To music composed by Katz and played by Zeigler on cello, the choreography that Chien-Pott has created and that the dancers, Memeses and Liz Hepp, have brilliantly executed is somewhat akin to What Kind of Land in that it relates to some relationship between the two dancer entities, but that’s as far as it goes. Where the former is, to me, a series of visualized emotional impressions, SPLIT visualizes emotional expression, though more through its choreography than by any directly communicated drama.

SPLIT’s music is a collection of sounds that, most of the time, seem apropos of nothing except the movement on stage, which is as angular-looking as the music is angular-sounding. It has all the ingredients of dances that drive me crazy because they’re interesting only to their creators, with the audience left to figure out what’s going on.

And yet …. there is something depicted here – a relationship splitting apart; an individual splitting into component parts; or just inscrutable movement to equally inscrutable music with no intent necessary; whatever – that makes SPLIT an intriguing piece to watch. Unlike the program’s previous piece, here there’s a palpable Graham-like emotional intensity (without contractions) that nevertheless avoids overt emotional expression, which is the exclusive province of the dance’s choreography and music. That I don’t get what that intent is, in this context, seems irrelevant.

SPLIT begins with Meneses appearing alone on stage, dancing an extended solo that conveys some sort of dissatisfaction and/or confusion, and that, between the dance’s high-pitched music and rapid-fire arm movement, is relatively aggressive-looking. And as a side note, in addition to the competence of her execution (evident in each of the dances in which she appeared), Meneses benefits from an inherently expressive face that adds a measure of character even to characters that lack definable character.

Paulina Meneses
Photo by andrewfassbenderphotography
for rachelnevillestudios

Following her solo, she’s joined by Hepp (who also made a significant impression although she has much less to do here than Meneses does). The two dance primarily in tandem, but the result looks intricate rather than numbing. The two interact occasionally, signaling some sort of relationship that reflects either contrasting facets of one character or, after an initial connection, intractable incompatibility. Eventually Meneses departs, leaving Hepp in solo contemplation of whatever it is that just happened.

Attempting to break down SPLIT’s movement qualities into component parts would be useless (if it could be doable at all) because it would effectively minimize SPLIT’s overall impact. Suffice it to say that notwithstanding my inability to satisfactorily describe it, it’s a strangely powerful dance.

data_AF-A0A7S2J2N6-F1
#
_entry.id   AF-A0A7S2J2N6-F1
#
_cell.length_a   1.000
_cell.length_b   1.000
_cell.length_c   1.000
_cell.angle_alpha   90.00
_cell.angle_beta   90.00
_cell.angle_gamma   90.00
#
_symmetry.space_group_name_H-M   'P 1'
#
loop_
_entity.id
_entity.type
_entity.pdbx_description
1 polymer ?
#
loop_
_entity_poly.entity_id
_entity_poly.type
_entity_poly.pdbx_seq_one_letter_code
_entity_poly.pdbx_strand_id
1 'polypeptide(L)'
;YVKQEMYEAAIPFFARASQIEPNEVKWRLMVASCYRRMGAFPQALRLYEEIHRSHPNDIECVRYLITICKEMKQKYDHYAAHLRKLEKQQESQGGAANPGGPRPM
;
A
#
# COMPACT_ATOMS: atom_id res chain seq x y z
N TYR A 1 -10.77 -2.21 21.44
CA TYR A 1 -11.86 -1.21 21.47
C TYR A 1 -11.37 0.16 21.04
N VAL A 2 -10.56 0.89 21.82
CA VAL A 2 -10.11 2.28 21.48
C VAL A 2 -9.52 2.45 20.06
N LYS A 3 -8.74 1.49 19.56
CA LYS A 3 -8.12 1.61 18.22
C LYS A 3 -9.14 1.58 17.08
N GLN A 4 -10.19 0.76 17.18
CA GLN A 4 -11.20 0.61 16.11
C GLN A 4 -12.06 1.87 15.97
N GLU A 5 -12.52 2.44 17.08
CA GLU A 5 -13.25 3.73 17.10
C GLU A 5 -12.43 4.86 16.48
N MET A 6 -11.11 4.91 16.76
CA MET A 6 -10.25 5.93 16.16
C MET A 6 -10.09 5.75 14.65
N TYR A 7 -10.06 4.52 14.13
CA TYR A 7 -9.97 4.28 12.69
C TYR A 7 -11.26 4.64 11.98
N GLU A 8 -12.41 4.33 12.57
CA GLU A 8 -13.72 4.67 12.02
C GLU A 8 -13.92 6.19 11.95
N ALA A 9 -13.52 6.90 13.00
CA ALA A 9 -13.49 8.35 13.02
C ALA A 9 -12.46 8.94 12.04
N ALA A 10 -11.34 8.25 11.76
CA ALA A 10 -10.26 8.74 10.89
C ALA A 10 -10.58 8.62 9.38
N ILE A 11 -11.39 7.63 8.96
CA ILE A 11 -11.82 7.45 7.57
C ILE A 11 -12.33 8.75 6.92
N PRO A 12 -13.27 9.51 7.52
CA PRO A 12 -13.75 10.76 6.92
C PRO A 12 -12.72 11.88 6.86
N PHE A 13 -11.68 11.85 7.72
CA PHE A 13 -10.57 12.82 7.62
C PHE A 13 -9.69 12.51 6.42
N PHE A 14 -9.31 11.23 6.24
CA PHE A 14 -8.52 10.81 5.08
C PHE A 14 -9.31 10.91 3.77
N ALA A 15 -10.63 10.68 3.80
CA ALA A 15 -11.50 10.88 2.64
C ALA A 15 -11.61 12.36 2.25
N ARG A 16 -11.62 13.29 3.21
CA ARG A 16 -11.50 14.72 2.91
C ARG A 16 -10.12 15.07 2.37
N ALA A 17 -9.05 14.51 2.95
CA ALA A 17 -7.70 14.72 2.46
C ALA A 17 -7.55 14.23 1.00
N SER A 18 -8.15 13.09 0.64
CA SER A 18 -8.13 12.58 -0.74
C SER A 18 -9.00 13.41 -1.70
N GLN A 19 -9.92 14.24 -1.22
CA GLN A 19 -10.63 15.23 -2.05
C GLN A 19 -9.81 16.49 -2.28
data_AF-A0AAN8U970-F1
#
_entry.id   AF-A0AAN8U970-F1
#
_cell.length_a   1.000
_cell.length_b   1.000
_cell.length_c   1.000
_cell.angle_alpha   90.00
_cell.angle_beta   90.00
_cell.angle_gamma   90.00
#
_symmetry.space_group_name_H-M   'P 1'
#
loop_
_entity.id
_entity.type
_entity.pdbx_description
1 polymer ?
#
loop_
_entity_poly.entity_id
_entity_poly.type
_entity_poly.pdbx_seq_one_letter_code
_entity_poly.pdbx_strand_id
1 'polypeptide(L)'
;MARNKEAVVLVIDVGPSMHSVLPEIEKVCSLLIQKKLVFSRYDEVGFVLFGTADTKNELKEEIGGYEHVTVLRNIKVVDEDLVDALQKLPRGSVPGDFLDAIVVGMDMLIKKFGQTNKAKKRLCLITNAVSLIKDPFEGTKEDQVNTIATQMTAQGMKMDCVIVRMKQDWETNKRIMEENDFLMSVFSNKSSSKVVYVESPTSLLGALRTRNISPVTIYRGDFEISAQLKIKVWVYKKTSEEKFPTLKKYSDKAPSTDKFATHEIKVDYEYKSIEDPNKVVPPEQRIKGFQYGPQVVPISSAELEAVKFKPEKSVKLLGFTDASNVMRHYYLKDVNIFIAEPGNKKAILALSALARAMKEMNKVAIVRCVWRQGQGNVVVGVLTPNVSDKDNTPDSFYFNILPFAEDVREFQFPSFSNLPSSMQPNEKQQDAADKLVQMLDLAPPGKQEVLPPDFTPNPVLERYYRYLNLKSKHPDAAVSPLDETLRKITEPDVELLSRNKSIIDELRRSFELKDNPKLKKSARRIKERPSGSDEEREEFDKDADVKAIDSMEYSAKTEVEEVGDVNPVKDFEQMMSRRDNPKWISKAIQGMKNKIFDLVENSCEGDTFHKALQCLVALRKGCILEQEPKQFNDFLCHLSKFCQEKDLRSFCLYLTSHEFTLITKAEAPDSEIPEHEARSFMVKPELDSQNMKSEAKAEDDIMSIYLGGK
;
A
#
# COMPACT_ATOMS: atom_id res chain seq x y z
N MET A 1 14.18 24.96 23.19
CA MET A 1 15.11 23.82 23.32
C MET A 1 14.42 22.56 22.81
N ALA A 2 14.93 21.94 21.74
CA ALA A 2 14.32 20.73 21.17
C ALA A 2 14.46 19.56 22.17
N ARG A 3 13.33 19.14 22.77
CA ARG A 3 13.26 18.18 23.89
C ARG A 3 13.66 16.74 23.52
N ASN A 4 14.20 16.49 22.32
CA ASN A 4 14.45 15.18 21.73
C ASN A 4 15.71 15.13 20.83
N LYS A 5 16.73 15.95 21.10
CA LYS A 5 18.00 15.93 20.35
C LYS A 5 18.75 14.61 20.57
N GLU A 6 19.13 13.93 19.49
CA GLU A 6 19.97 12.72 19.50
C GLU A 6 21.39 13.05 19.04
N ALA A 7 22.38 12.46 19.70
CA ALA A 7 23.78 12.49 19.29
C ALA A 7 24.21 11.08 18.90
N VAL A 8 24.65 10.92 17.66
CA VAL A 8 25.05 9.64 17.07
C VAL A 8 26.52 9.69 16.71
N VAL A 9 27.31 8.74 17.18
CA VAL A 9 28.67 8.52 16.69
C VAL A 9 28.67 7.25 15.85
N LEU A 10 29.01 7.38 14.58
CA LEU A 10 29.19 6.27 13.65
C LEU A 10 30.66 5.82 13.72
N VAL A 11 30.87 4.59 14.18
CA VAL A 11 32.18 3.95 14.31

The evening’s final dance, which lends its title to the program as a whole, is choreographed by Gabrielle Lamb to music composed by Katz, and features Elise Frawley on viola and Katz on piano. Lamb is a dancer (a former Soloist with Les Grands Ballets Canadiens de Montreal) who began choreographing in or about 2014. Although she’s garnered an abundance of recognition and awards since then, including a Guggenheim Fellowship (and also started her own company, Pigeonwing Dance), this is the first of her work that I can recall seeing.

Lamb is ballet-trained, but the only connection to ballet evident in Unbeknownst is a pervasive sense of lyricism that frames the piece, including movement quality that flows smoothly from start to finish even though the movement itself isn’t balletic. The theme, to the extent there may be one, is an attempt by the dancers here to get to know those qualities that make another dancer/entity tick, qualities that, presumably, are beneath the surface and previously unseen.

(l-r) Sydney Chow and Evita Zacharioglou
in Gabrielle Lamb’s “Unbeknownst”
Photo by Steven Pisano

The music frames the piece as well, providing a lengthy preface that introduces the intersecting and somewhat complementary sounds (following an initial period of dissonance), and, after the choreographic part of the piece ends, reflects Unbeknownst’s visualized interaction between the pairs of dancers: the two instruments also growing increasingly comfortable with each other.

The piece begins, choreographically, with the four dancers (Bhargava, Chow, Gonzales, and Zacharioglou) seemingly measuring each other while standing in a circle. The dancers subsequently separate out, with the primary interaction (at least what’s reflected in the video) being between Chow and Bhargava. One dancer will strike a pose as if looking at the other through a magnifying class while touching various parts of the other’s body, at times with the pair tying themselves into knot-like entanglements in order to do so (in an investigative rather than prurient way).

Unbeknownst is presented in a visually interesting and coherent manner, without it being as academic as my description might make it appear to be. And there are moments of movement gems – one split-second action, like the tug of one’s foot or hand on the other’s leg that triggers a reaction in the other – that take Unbeknownst beyond simple entanglement into something that’s visually profound.

Aside from the dance’s title itself being the equivalent to me of chalk grating against a blackboard (“unbeknownst” as opposed to “unbeknown,” which is the form of the word I grew up with – like “amongst” vs. “among” – but that’s a dissertation for another day), because of its movement variety and intricacy, Unbeknownst was perhaps the most polished piece on a program in which each of the dances was well-crafted and executed.

This program provided a fine, albeit belated, introduction to Katz’s company. I look forward to seeing Periapsis again – hopefully live.